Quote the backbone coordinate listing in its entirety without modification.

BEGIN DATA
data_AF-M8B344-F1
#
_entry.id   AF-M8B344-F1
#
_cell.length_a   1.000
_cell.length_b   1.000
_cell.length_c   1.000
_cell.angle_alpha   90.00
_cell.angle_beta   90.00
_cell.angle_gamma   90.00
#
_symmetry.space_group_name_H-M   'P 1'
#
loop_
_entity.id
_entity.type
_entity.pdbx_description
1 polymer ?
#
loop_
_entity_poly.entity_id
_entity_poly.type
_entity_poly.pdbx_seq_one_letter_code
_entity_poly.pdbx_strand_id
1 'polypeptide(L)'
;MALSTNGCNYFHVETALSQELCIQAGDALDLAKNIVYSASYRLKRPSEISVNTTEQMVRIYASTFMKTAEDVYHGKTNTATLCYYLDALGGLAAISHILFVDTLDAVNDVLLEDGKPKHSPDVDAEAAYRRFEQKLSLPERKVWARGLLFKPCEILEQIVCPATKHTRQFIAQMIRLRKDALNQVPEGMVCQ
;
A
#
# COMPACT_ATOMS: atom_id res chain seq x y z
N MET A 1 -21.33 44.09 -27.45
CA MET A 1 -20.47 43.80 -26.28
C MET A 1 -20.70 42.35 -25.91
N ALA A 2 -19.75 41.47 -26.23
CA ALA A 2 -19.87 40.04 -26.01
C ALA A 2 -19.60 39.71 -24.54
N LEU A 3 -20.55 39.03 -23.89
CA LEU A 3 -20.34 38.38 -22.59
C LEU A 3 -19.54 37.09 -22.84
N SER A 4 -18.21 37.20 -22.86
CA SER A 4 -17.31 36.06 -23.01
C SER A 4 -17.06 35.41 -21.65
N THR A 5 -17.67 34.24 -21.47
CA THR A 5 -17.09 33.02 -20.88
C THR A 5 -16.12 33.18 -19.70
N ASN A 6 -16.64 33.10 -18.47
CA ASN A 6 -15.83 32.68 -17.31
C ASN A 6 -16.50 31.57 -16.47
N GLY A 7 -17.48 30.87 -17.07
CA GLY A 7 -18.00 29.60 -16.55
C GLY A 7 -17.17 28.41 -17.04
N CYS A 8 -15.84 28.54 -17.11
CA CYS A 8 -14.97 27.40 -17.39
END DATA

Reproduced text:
data_AF-M8B344-F1
#
_entry.id   AF-M8B344-F1
#
_cell.length_a   1.000
_cell.length_b   1.000
_cell.length_c   1.000
_cell.angle_alpha   90.00
_cell.angle_beta   90.00
_cell.angle_gamma   90.00
#
_symmetry.space_group_name_H-M   'P 1'
#
loop_
_entity.id
_entity.type
_entity.pdbx_description
1 polymer ?
#
loop_
_entity_poly.entity_id
_entity_poly.type
_entity_poly.pdbx_seq_one_letter_code
_entity_poly.pdbx_strand_id
1 'polypeptide(L)'
;MALSTNGCNYFHVETALSQELCIQAGDALDLAKNIVYSASYRLKRPSEISVNTTEQMVRIYASTFMKTAEDVYHGKTNTATLCYYLDALGGLAAISHILFVDTLDAVNDVLLEDGKPKHSPDVDAEAAYRRFEQKLSLPERKVWARGLLFKPCEILEQIVCPATKHTRQFIAQMIRLRKDALNQVPEGMVCQ
;
A
#
# COMPACT_ATOMS: atom_id res chain seq x y z
N MET A 1 -21.33 44.09 -27.45
CA MET A 1 -20.47 43.80 -26.28
C MET A 1 -20.70 42.35 -25.91
N ALA A 2 -19.75 41.47 -26.23
CA ALA A 2 -19.87 40.04 -26.01
C ALA A 2 -19.60 39.71 -24.54
N LEU A 3 -20.55 39.03 -23.89
CA LEU A 3 -20.34 38.38 -22.59
C LEU A 3 -19.54 37.09 -22.84
N SER A 4 -18.21 37.20 -22.86
CA SER A 4 -17.31 36.06 -23.01
C SER A 4 -17.06 35.41 -21.65
N THR A 5 -17.67 34.24 -21.47
CA THR A 5 -17.09 33.02 -20.88
C THR A 5 -16.12 33.18 -19.70
N ASN A 6 -16.64 33.10 -18.47
CA ASN A 6 -15.83 32.68 -17.31
C ASN A 6 -16.50 31.57 -16.47
N GLY A 7 -17.48 30.87 -17.07
CA GLY A 7 -18.00 29.60 -16.55
C GLY A 7 -17.17 28.41 -17.04
N CYS A 8 -15.84 28.54 -17.11
CA CYS A 8 -14.97 27.40 -17.39